Naming is a non-trivial problem in programming. A good name conveys meaning, contributing to code readability. But there’s always a natural contention between descriptive names and concise names that help avoid excess verbosity. What’s a good name may also depend on its usage context. Moreover, if every library developer always use the best names, conflicts are bound to occur. The usual solution to these issues is to support renaming of object, module, and predicate names where they are used.
directive can be used to declare object aliases when the programmer prefers
explicit message sending but also wants to use shorter names to minimize
verbosity. For example, Logtalk provides a
random library with multiple
implementations of the same protocol,
randomp. One of those implementations
backend_random as it’s based on the backend Prolog compiler random
number generator. It also provides two portable implementations,
random. We can use an object alias to both shorten the name and simplify
experimenting with the different implementations:
:- object(foo). :- uses([ backend_random as rnd ]). bar :- ..., % the same as backend_random::permutation(L, P) rnd::permutation(List, Permutation), ...
To experiment with a different implementation of the
we just need to change the
rnd object alias definition and recompile.
Object aliases are specially useful when using parametric objects. For example,
assume a library
time/1 parametric object where the parameter is the time
:- object(foo). :- uses([ time('UTC−01:00') as time ]). bar :- ..., % the same as time('UTC−01:00')::now(Now) time::now(Now), ...
In this case, we bind the parameter in a single place in the code, ensuring consistency while simplifying usage and maintenance. This also works nicely for runtime bound parameters. For example, we can also write:
:- object(foo(_HeapOrder_, _OptionsObject_)). :- uses([ heap(_HeapOrder_) as heap, _OptionsObject_ as options ]). bar :- ..., % the same as heap(_HeapOrder_)::as_heap(List, Heap) heap::as_heap(List, Heap), % the same as _OptionsObject_::get(ratio, Ratio) options::get(ratio, Ratio), ...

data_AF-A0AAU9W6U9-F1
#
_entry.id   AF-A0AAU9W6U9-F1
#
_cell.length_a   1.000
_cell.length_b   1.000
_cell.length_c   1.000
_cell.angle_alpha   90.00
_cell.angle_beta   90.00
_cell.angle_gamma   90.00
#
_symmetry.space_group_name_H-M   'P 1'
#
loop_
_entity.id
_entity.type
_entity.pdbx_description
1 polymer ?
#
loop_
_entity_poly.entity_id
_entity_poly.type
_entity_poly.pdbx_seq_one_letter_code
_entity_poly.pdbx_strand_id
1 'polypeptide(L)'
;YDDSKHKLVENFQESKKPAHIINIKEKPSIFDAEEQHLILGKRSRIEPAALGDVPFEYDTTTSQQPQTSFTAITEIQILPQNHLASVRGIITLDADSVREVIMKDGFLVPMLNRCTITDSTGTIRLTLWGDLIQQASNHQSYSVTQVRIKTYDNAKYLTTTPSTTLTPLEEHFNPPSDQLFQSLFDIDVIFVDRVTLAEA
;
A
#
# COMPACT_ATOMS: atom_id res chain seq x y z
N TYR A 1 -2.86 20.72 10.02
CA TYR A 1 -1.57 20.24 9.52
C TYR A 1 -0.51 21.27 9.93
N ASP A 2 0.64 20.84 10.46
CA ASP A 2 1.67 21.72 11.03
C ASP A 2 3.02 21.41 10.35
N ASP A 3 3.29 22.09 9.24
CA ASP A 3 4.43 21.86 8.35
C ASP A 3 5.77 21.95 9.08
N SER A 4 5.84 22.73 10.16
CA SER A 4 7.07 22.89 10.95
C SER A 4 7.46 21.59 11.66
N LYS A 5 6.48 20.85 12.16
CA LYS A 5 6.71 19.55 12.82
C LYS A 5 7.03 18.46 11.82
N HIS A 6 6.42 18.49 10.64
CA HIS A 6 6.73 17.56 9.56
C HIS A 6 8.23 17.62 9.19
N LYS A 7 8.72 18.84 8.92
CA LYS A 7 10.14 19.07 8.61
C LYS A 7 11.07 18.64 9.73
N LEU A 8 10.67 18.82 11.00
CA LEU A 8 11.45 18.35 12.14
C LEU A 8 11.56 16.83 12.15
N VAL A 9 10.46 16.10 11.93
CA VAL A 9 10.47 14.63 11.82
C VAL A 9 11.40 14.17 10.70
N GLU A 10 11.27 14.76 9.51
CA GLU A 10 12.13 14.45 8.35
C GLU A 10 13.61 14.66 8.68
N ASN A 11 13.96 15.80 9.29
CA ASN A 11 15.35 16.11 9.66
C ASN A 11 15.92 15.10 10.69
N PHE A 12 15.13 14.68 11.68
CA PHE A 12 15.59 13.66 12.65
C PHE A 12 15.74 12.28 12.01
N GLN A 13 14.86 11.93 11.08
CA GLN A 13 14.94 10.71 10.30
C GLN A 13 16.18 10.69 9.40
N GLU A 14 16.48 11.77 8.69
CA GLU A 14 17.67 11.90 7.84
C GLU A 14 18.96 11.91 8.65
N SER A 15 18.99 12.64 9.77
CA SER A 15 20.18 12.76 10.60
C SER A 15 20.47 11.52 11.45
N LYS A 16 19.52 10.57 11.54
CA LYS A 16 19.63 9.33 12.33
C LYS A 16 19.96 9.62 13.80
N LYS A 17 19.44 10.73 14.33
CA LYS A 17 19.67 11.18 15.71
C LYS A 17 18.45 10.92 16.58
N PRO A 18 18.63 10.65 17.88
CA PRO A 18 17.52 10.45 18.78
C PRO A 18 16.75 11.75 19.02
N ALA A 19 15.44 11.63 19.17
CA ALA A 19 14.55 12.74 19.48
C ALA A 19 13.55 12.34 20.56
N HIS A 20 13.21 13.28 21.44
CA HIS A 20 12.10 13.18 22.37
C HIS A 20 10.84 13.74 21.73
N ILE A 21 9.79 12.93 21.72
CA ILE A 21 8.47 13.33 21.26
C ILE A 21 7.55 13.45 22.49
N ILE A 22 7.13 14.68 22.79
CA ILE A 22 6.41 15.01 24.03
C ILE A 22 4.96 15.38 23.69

Predicate aliases provide similar benefits to object aliases but also allow
solving name clashes. Unlike in current Prolog modules practice where a
predicate name (e.g.
member/2) is usually the exclusive of a specific
lists) with other modules forced to use different names
random_member/2), library object predicates always use the best names.
directive can be used to declare predicate aliases for implicit message sending
while also solving name conflicts.
:- uses(btrees, [new/1 as new_btree/1]). :- uses(queues, [new/1 as new_queue/1]). btree_to_queue :- ..., % the same as btrees::new(Tree) new_btree(Tree), % the same as queues::new(Queue) new_queue(Queue), ...
Name clashes can also occur when using multiple inheritance. For example, assume
engineer, both declaring a
predicate, and a third object,
moms_basement_ghost, inheriting from the first
two objects. In this case, we can use the
directive to provide access to both inherited predicates by giving them
:- object(moms_basement_ghost, extends((rpg_player, engineer))). :- alias(rpg_player, [rank/1 as rpg_rank/1]). :- alias(engineer, [rank/1 as engineer_rank/1]). rpg_rank(wizard). engineer_rank(senior). :- end_object.
These aliases directives make possible the queries:
| ?- moms_basement_ghost::rpg_rank(Rank). Rank = wizard yes | ?- moms_basement_ghost::engineer_rank(Rank). Rank = senior yes
As a side note, we can still use
rank/1 as message. In this case, the default
multiple inheritance conflict solver would use the definition, if any, inherited
rpg_player object as it’s listed first in the
object opening directive.
Another common use of predicate aliases is to define an alternative predicate
name simply to make it more clear in its usage context. For example, assume a
sentences object exporting a
% define an alternative name for a non-terminal: :- alias(sentences, [transpose//0 as flip//0]).
Logtalk 3.34.0 added support for defining predicate shorthands where one or more arguments can be omitted by binding the arguments in the original predicate call template. For example:
:- uses(logtalk, [ print_message(debug, my_app, Message) as dbg(Message) ]). bar :- ..., % same as logtalk::print_message(debug, my_app, @oh_no) dbg(@oh_no), ...
Logtalk version of the
directive also provides similar support for defining predicate aliases and
shorthands. For example:
:- object(foo(_OptionsModule_)). :- use_module(_OptionsModule_, [ set/2, get/2, reset/0 ]) :- use_module(pairs, [ map_list_to_pairs(length, Lists, Pairs) as length_pairs(Lists, Pairs) ]). ...
Object and predicate aliases and shorthands can improve code readability, consistency, and maintenance. They also make experimenting with alternatives implementations easier by providing a single point of change. But they should also be used with some care as any reading and understanding of source code, specially long object definitions, must always take into account any defined aliases and shorthands.